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Tuesday, May 1, 2012

Ernie Feet

I've been searching for some video of the swing change Ernie Els has been working on recently that he says is helping his accuracy so much.

I believe I finally found one... at least it's close enough for you to get an idea. Here's a slo-mo video from back in March:



Take a good look at how his knees (and therefore his feet) are moving during his swing, especially his backswing. The first thing to note is that both knees stay flexed all the way through the backswing and pretty much until his hands are below waist high on the downswing. Too many of you are making one of two mistakes:
  • Straightening one or both knees during your backswing, which locks your lower body and contributes to an over-the-top move.
  • Straightening both knees during your downswing, which causes you to stand up and hit the ball thin.
If you look closely at his left foot during his backswing, you'll see the change he's been working on -- he's letting his left heel come off the ground during his backswing. (I think Kostis said he's after around 3 inches of lift, but he's only getting about half that right now.) This is a move that can help in several ways:
  • It helps those "old bones" when they need a little more flexibility, although I don't think Ernie has this trouble. If you're not flexible enough to get a full shoulder turn, this can help.
  • It's a rhythm helper. By letting his heel come up he eliminates some muscle tension, and relaxed muscles make it a bit easier to keep your rhythm. Any of you who have ever danced know what I'm talking about -- tight muscles are stiff, jerky muscles.
  • It's a downswing trigger. He has to push that heel back down to the ground to start his downswing, and that helps initiate his weight shift.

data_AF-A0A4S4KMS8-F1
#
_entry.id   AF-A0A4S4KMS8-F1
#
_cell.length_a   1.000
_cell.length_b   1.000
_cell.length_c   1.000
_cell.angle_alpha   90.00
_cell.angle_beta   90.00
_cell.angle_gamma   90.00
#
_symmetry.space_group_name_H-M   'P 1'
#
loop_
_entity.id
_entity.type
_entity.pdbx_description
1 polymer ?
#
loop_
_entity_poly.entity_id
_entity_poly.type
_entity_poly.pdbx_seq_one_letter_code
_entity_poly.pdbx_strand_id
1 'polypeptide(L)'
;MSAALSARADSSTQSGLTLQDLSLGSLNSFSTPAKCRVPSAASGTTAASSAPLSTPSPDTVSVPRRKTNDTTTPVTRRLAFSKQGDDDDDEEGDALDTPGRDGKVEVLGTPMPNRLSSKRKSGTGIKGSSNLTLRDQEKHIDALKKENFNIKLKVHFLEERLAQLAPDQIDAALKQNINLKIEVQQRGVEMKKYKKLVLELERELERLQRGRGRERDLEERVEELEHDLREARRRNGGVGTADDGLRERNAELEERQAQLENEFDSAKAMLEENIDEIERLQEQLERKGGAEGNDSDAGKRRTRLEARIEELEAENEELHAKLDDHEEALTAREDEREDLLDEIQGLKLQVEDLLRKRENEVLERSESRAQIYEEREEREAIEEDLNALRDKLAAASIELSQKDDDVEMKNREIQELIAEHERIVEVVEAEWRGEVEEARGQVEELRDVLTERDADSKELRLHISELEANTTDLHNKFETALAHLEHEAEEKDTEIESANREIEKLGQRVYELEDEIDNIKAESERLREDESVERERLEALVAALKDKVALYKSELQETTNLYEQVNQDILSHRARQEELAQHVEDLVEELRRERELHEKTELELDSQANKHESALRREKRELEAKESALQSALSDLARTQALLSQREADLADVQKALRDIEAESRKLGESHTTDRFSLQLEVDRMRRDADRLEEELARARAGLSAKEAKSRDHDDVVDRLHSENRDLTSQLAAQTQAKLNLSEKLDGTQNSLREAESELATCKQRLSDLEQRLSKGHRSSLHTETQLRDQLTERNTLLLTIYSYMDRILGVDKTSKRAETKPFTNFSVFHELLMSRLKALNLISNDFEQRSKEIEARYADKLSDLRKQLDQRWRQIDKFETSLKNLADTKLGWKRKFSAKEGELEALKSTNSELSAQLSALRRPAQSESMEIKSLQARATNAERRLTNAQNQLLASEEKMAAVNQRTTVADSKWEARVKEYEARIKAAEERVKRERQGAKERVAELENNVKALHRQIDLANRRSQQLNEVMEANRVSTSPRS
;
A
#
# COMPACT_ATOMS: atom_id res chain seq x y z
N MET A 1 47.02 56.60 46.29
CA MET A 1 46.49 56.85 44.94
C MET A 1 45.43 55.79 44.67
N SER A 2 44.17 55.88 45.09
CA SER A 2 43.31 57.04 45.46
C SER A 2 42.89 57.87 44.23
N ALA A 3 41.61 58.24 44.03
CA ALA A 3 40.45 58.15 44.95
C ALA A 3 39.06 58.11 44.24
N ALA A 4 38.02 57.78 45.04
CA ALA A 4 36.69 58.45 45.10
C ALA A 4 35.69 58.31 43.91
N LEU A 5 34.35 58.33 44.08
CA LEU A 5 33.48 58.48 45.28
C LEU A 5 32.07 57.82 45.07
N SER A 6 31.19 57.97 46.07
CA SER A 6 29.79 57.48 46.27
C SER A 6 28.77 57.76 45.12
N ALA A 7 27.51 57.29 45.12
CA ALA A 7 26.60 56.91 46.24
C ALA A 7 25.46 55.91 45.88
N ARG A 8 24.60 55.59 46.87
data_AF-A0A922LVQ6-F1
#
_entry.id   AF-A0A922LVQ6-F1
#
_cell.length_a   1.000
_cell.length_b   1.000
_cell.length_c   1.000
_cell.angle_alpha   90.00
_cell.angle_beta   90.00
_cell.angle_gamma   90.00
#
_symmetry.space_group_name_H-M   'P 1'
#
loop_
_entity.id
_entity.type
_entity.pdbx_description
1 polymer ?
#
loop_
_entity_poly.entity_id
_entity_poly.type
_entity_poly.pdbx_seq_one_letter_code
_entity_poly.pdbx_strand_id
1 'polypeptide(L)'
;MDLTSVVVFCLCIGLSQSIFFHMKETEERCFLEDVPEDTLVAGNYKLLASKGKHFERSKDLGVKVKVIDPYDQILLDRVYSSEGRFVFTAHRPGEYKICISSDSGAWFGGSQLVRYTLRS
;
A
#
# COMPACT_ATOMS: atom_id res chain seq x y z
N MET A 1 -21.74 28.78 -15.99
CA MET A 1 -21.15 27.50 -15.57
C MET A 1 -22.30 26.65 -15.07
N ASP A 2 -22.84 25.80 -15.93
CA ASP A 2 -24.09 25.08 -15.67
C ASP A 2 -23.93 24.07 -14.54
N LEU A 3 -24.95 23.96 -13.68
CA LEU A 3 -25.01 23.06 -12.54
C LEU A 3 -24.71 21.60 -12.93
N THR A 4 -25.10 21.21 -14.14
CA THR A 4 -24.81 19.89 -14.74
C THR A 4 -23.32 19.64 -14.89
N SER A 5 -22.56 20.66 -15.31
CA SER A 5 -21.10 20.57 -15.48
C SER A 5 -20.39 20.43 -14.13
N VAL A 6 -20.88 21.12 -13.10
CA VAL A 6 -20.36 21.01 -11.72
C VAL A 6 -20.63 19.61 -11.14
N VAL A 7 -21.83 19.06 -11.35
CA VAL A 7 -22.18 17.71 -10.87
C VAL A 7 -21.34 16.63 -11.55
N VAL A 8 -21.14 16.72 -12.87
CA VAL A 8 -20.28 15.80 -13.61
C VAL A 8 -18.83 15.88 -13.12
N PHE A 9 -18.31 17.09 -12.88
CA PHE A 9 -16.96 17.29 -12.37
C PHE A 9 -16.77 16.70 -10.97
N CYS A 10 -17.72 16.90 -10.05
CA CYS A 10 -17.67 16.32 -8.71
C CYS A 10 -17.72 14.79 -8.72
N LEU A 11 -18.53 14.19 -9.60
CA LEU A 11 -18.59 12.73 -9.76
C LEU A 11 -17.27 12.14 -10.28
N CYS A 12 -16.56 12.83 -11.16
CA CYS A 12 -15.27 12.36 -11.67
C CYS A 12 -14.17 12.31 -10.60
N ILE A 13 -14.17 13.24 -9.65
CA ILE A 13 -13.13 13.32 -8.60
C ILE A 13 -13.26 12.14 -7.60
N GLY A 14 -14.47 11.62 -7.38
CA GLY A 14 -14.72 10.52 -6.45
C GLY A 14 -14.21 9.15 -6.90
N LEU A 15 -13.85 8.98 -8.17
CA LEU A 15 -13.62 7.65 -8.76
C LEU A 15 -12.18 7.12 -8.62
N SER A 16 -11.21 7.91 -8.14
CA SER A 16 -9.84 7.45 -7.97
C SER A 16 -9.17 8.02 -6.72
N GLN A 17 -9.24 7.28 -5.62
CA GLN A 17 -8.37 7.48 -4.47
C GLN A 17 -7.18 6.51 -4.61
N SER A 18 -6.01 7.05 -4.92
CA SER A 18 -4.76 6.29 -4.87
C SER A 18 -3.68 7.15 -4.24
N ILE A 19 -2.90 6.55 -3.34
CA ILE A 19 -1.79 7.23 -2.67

One last thing: Pay attention to his hip movement. Although Ernie has a lot of lower body motion in his swing, his right leg is still leaning slightly toward the target at the top of his backswing, and his left leg is still leaning slightly away from the target after the ball is gone and his hands are halfway up into his finish. His hips are turning, not sliding from side to side. This helps keep his spine from leaning too much toward or away from the target, and that helps keep his swing plane more consistant -- which means his swing path is more consistent time after time.

And the result of the whole thing is a much more balanced finish.

Ernie's Total Driving stat has improved considerably this year. It's as important to his improved play as his improved putting is. He's gone from 237 (158th) in 2010 and 235 (162nd) in 2011 to 121 (26th) this year. Golf is much easier when you play from the fairway.

Improving your footwork can always help improve your swing. Keeping those knees flexed during the swing is one of the things that pros do so much better than weekend players... but it's something that is easily improved. Just look back at this post and focus on keeping your knees flexed while doing the drill. You don't even need a club to practice

If it helps Ernie Els, it'll probably help you too.

2 comments:

  1. In a golf swing it's important to keep the spine angle constant, that's the real reason to keep the knees flexed in both the upswing and downswing, I do this drill a lot to remind myself to stay in posture.

    http://www.youtube.com/watch?v=ZPqhRNCm3cg

    Cheers!

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  2. Thanks for the link -- that's definitely a good drill to help stop you from standing up when you swing. You're right that knee flex helps keep you from bobbing up-and-down. But remember that spine angle has to stay constant from side-to-side as well. If you don't keep your knees flexed, your spine angle can change in all directions, and that's not good.

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